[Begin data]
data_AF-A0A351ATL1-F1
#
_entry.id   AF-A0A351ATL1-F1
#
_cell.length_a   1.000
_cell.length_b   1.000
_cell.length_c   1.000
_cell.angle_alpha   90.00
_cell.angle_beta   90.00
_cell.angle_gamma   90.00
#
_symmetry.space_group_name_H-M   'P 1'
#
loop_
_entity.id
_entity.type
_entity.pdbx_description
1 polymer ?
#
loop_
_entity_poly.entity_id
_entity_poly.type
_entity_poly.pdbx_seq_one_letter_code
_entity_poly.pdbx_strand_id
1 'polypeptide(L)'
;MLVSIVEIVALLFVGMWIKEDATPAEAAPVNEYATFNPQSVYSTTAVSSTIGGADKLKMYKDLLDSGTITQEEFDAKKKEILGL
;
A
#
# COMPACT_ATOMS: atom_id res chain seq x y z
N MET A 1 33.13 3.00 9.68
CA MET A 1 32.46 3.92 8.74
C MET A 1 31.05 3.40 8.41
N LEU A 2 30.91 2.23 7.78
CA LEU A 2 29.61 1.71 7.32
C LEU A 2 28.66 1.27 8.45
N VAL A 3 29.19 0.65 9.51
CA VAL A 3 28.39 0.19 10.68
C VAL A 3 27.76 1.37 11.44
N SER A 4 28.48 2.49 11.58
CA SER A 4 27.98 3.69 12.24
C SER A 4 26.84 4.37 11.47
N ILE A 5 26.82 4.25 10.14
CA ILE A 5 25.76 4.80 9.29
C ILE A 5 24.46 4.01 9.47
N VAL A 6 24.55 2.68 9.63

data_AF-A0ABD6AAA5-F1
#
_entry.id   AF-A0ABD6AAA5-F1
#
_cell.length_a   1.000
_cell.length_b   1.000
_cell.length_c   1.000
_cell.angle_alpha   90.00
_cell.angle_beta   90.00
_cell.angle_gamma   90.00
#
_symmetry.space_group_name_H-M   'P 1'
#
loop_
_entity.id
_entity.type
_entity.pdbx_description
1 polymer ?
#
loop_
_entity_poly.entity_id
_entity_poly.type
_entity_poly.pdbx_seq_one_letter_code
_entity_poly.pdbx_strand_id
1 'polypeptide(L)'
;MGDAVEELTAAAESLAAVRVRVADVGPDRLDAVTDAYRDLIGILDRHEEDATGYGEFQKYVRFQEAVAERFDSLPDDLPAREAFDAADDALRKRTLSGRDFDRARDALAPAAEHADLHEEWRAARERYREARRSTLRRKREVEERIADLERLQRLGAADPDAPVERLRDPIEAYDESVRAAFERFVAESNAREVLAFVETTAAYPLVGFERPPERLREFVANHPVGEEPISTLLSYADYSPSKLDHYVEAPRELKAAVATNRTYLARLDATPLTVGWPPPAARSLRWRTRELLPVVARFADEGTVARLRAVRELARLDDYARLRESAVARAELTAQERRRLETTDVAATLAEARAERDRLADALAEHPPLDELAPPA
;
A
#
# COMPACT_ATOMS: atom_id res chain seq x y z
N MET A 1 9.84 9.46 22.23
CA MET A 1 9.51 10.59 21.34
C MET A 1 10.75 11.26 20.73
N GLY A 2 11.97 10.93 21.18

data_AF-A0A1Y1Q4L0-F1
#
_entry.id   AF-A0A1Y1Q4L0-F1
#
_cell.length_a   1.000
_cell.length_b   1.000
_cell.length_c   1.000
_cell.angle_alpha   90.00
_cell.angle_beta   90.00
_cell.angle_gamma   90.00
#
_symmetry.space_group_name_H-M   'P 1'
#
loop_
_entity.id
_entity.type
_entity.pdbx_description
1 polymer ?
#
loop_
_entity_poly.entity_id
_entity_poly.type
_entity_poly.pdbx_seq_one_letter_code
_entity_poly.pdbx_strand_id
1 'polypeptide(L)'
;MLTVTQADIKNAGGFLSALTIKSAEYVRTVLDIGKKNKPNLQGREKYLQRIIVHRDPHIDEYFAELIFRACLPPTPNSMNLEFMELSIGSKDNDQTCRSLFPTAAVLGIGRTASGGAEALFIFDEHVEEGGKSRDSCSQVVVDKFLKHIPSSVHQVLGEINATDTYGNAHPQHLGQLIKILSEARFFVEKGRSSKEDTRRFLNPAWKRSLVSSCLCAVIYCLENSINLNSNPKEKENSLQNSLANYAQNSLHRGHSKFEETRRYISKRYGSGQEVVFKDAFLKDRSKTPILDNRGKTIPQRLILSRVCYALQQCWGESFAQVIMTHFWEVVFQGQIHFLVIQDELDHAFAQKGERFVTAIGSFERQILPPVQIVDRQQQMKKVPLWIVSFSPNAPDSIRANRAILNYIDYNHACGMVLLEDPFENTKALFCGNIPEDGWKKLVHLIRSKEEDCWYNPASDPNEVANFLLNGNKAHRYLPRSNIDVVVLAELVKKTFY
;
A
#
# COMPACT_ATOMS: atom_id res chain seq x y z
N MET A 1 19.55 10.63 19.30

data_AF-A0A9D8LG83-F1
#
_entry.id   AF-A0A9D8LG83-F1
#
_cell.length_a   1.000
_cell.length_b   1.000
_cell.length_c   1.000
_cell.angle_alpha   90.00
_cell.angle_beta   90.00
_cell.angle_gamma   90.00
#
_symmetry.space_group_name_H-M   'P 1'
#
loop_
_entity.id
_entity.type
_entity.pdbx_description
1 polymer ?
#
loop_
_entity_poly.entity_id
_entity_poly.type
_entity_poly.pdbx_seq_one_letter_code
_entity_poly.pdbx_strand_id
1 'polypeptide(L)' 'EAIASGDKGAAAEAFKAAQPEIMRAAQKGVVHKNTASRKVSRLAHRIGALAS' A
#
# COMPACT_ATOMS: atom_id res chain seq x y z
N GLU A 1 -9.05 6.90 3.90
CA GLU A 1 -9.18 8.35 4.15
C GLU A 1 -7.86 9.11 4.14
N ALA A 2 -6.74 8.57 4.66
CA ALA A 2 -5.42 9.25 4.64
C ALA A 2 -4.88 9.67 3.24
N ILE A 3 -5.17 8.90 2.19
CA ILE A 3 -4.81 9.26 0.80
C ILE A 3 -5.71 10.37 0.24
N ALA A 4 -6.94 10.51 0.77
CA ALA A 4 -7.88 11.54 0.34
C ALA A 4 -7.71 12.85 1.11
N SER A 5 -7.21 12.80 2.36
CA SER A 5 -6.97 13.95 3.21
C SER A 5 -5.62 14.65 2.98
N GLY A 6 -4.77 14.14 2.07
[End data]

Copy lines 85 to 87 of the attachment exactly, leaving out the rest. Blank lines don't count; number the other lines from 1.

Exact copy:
_cell.length_a   1.000
_cell.length_b   1.000
_cell.length_c   1.000